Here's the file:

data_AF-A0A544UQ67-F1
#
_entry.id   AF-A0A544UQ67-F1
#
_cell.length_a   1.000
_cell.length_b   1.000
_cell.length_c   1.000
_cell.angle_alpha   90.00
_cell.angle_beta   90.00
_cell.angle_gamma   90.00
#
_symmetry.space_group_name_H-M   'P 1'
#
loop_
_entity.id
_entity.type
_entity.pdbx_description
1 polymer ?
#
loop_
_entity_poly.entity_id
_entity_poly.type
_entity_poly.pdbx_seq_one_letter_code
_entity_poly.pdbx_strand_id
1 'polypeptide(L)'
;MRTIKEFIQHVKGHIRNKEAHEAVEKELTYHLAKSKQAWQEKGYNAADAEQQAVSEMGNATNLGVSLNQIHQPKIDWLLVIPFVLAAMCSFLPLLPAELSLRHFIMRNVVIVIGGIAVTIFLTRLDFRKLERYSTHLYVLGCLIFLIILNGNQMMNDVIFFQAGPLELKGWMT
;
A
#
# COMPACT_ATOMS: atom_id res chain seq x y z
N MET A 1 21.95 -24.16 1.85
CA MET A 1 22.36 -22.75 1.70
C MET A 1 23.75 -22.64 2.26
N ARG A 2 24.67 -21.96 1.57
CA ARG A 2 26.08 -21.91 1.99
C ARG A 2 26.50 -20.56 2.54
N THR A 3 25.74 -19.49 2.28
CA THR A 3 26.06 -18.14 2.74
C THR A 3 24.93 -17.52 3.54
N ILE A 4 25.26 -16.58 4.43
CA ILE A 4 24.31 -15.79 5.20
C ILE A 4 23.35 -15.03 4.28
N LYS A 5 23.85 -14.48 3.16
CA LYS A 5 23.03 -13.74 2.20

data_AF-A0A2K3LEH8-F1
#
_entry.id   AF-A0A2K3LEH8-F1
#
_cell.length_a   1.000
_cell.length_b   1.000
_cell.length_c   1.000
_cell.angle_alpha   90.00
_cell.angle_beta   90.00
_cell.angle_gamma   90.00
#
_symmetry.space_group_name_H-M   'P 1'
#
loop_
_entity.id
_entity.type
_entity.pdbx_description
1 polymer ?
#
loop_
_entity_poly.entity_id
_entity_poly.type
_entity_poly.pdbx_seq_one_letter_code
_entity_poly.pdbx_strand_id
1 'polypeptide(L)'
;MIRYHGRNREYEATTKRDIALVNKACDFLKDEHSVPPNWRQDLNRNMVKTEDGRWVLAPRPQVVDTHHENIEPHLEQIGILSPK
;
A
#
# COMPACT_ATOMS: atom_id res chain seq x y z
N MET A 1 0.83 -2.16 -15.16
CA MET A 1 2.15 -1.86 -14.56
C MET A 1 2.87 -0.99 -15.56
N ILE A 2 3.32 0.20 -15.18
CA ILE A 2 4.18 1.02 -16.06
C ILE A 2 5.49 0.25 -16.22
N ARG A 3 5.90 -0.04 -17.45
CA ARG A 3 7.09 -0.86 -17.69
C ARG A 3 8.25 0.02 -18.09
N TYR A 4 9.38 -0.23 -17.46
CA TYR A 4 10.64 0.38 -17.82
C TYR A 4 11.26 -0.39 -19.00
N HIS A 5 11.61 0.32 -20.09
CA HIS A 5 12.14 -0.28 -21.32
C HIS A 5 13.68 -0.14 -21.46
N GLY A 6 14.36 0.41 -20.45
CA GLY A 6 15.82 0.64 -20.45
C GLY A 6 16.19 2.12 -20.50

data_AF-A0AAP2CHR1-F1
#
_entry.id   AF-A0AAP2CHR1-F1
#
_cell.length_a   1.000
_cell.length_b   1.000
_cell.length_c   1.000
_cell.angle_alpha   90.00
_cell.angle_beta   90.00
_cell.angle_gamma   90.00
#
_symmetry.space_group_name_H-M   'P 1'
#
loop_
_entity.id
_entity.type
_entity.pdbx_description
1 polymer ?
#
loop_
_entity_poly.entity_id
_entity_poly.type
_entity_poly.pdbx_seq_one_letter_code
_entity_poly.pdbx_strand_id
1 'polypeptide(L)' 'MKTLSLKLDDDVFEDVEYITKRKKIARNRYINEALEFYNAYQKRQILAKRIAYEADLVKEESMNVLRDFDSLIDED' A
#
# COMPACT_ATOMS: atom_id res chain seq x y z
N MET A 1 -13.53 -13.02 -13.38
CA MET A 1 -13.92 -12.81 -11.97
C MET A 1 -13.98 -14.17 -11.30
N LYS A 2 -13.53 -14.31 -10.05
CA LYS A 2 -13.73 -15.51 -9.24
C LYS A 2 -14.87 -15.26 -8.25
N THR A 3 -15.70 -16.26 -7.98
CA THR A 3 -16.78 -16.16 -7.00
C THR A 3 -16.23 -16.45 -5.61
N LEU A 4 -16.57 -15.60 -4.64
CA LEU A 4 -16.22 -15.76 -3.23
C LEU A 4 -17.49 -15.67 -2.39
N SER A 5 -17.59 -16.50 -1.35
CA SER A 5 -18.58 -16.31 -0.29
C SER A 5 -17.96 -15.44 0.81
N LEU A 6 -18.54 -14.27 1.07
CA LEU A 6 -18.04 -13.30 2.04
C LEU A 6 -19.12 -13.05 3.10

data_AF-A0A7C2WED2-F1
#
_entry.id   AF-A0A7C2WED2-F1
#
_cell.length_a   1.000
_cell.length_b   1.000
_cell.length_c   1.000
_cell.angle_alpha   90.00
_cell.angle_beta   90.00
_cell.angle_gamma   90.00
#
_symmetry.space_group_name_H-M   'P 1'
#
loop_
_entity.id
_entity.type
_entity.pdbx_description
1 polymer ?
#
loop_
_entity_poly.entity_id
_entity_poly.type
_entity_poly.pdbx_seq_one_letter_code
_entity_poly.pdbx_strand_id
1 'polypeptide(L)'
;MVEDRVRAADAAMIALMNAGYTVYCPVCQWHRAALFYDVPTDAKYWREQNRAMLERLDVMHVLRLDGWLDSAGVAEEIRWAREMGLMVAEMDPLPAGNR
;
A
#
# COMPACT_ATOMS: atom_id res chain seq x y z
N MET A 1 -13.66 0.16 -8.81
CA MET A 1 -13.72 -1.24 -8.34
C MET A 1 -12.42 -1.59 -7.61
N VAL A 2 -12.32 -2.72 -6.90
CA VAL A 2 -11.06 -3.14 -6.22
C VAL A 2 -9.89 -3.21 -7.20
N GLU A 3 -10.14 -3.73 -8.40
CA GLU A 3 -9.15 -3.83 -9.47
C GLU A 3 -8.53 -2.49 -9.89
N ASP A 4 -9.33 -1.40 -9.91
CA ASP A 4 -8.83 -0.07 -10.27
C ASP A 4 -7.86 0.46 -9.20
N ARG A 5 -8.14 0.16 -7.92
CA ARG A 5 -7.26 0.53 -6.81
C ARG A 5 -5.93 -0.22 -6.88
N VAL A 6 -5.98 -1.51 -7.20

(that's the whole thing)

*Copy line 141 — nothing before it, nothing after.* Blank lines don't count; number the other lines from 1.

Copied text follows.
#